When Peninsula School District (PSD) Superintendent Chuck Cuzzetto announced his retirement last year, the school board found itself with a big addition to its job description: hiring his replacement. And now, following a nearly seven-month process, they can declare their mission accomplished.
In March, Key Peninsula Sportsmen’s Club President Don Holman called its 830th meeting to order. Members of this local nonprofit organization have gathered to enjoy each other’s company and raise money to support the community for nearly six decades.
And on Sunday, April 24, they are holding the Key Peninsula’s longest-running annual fundraiser: the Fisherman’s Breakfast. From 7:30 a.m. to noon $6 will get you a meal of pancakes, ham and eggs. For those six and younger the meal is free. A yard sale that Saturday and Sunday will add to the experience. Tickets are available from club members and at the door.
They look forward to a bigger-than-ever event, hoping to feed at least 300. Proceeds will go to support local nonprofits. Each year the club supports Key Peninsula Community Services and the KP Little League. They also give children scholarships to go to camp for a week on Orcas Island and adopt two families at Christmas through the Children’s Home Society.
“We were established in 1947,” said club president Don Holman. “It started out as a sportsmen’s club with such activities as skeet shooting, but over time we have shifted to be a social club.”
Sunday, April 24
Pancakes, ham and eggs
Key Peninsula Sportsmen’s Club
3503 Jackson Lake Road
$6 per person, children six and under free
Located on Jackson Lake, the clubhouse was built from lumber cut on the property in 1955. The club leases land to the 12 households there, and income from the leases supports the basic infrastructure and maintenance for the homes and clubhouse.
There are scheduled events each month. Members meet for a potluck dinner and business meeting, enjoy a bingo night and a Bunco night as well as a luncheon. Connections run deep; several members are second-generation.
Randy Viers, board member and publicity chair, is one of several second-generation members; his parents used to live at the club, and now his brother has moved there. “We welcome new members,” he said.
When asked about membership requirements, Holman said, “We ask that new members be sponsored by a current member and be at least 45 years old. But the main qualification is that you should want to have fun!”
For more information, go to: facebook.com/Key-Peninsula-Sportsmens-Club.
When Peninsula School District Superintendent Chuck Cuzzetto announced his retirement, the school board found itself with a big addition to its job description –– hiring his replacement. That process is now underway, and residents have a chance to weigh in.
The board’s first step was to hire NW Leadership Associates to guide the process. The firm has advertised the position through postings and interpersonal connections.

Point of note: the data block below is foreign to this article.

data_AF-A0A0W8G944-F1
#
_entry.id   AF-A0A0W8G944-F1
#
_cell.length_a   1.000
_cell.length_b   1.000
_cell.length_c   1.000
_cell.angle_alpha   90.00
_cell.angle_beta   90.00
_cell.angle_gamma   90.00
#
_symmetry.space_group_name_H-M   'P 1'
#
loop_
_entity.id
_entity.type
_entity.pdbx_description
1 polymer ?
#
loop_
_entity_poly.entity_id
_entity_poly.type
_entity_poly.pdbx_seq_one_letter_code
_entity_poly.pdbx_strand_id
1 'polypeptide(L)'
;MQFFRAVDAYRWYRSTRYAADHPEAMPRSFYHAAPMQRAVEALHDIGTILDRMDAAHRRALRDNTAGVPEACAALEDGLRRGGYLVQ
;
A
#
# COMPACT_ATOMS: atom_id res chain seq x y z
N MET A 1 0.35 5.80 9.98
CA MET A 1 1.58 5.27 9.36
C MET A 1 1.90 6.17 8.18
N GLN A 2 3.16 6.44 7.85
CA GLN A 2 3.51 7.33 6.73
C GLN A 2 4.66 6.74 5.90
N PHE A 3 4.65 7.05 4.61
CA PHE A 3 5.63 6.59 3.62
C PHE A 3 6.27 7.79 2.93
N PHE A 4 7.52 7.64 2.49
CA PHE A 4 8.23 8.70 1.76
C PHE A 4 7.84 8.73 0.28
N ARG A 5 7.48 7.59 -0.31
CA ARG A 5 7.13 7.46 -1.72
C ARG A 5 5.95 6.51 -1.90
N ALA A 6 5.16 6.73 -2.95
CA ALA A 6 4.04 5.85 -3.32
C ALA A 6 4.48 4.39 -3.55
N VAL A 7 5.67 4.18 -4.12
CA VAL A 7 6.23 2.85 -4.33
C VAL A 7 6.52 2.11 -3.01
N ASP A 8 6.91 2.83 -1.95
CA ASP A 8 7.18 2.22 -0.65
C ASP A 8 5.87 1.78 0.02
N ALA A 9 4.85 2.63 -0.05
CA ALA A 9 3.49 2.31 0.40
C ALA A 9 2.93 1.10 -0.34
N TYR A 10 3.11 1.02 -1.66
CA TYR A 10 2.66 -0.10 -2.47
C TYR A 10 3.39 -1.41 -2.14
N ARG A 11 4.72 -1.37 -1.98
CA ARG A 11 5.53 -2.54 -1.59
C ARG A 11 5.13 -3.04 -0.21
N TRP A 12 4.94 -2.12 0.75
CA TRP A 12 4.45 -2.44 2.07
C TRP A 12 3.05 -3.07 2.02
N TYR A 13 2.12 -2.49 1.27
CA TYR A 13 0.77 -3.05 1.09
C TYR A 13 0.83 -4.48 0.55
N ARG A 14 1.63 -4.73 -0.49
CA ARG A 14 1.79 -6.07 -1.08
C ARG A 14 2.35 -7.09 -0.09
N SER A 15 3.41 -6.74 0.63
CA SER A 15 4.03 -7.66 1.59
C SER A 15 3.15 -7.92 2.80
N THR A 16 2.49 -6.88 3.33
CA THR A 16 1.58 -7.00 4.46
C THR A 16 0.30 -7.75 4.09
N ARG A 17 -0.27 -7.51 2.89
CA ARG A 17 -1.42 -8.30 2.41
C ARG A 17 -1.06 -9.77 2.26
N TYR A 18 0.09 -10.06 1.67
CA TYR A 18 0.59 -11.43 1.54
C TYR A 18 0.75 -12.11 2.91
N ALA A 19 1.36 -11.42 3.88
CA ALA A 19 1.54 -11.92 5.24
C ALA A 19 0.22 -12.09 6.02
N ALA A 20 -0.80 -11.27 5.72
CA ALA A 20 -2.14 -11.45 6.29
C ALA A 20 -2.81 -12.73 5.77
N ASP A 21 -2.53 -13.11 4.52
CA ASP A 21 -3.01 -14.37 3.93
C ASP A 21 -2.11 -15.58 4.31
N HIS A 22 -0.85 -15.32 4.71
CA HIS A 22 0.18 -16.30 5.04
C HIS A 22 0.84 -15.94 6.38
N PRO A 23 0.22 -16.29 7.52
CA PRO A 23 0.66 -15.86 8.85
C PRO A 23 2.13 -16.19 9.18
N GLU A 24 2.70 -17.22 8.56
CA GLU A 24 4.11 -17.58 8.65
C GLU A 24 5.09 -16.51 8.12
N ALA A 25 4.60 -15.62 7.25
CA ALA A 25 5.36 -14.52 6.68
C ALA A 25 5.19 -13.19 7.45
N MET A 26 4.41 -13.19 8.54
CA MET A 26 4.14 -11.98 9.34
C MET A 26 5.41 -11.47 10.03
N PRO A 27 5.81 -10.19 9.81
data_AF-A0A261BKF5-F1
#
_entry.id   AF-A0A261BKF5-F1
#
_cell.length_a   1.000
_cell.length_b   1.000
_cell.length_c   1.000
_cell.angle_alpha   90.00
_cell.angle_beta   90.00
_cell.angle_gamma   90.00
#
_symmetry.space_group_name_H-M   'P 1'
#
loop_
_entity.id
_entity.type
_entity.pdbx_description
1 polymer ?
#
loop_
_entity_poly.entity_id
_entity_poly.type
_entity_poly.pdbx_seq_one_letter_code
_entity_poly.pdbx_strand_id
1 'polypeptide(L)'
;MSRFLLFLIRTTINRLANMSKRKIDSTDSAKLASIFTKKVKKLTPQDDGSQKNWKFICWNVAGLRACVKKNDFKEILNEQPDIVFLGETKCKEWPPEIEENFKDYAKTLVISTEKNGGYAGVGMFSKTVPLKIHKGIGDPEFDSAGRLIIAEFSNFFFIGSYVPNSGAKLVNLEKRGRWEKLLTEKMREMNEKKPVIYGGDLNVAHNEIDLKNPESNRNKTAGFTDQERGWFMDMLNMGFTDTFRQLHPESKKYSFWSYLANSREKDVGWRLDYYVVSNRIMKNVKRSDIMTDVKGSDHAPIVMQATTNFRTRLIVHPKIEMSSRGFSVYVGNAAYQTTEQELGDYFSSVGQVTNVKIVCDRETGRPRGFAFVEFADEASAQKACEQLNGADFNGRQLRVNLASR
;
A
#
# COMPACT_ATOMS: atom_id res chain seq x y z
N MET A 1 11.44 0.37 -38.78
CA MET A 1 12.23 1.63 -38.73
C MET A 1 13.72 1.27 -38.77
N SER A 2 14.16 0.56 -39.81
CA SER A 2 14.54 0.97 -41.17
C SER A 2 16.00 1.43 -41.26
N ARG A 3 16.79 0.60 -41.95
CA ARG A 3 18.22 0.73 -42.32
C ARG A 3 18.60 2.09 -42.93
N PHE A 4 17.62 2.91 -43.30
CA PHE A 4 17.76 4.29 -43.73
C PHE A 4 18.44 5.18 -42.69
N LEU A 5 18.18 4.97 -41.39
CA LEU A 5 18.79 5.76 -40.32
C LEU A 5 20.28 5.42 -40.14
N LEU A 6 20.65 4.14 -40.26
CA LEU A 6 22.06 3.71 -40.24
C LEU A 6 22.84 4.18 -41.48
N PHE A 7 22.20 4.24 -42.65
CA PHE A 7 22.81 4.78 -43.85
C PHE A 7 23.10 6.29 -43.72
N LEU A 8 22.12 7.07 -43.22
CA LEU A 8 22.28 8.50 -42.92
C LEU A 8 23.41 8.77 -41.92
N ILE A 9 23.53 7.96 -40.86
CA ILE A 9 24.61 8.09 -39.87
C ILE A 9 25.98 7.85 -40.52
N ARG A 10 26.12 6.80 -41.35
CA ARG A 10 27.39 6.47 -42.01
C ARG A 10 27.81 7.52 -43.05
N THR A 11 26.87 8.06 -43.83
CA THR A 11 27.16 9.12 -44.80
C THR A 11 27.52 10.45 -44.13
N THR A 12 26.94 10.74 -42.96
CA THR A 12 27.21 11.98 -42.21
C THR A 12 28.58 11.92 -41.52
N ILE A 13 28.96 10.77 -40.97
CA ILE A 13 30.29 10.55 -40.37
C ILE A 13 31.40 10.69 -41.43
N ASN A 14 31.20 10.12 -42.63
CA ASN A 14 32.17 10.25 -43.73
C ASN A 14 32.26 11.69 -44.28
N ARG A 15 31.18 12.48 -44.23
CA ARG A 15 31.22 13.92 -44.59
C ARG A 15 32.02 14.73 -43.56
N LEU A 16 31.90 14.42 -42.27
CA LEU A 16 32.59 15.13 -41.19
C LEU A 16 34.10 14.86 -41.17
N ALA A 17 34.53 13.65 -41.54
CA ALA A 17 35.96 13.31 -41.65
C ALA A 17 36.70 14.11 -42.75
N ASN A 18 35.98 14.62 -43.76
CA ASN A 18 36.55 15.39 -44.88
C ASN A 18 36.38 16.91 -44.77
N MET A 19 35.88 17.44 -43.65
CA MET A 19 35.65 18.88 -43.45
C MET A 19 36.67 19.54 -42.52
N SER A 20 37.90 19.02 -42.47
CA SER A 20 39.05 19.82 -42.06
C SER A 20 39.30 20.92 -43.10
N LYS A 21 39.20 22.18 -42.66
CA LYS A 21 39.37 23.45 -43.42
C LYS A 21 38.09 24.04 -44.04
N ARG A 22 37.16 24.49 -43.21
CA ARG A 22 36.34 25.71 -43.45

Mark Venn and Wayne Robertson, the principals of NW Leadership Associates, held 30 focus groups with a wide range of constituents including community leaders, parents, students, staff and administrators.
They asked three questions No. 1: What is working in the Peninsula District and what are you proud of? No. 2: What are the challenges? No. 3: What attributes are you looking for in a superintendent?
Venn and Robinson summarized their findings at a school board meeting on Feb 11.
There were common threads describing desirable attributes in a superintendent. They included involvement and visibility, promotion of partnerships, passion, strong communication skills, background and experience as an educator, creativity, understanding and experience in finance, and courage in decision making.
“The focus group input we received will be very valuable to the board as they make the decision and move forward on hiring a new Peninsula superintendent. Wayne Robertson and I have enjoyed working with the board and the community and look forward to continuing the search and presenting the board with a high quality group of candidates,” Venn said.
They received 25 inquiries, and applications to the position closed Feb 23.
Selection of the Superintendent: Community Participation
Interviews of semifinalists at an all-day open public meeting
When: March 5
Time: 8:30 a.m. at the District office
Q &A with individual finalists March 14, 15, 16
Time: 6:30 p.m. at Henderson Bay High School
8402 Skansie Avenue, Gig Harbor, WA 98332
The next steps will be to screen the applicants and to present them to the board to narrow the pool to five or six semi-finalists.
Those applicants will be interviewed individually on March 5. Community members are welcome to attend and will be provided with comment cards which the board will review at the end of the day. The board will then meet in a closed executive session to narrow the field to three finalists.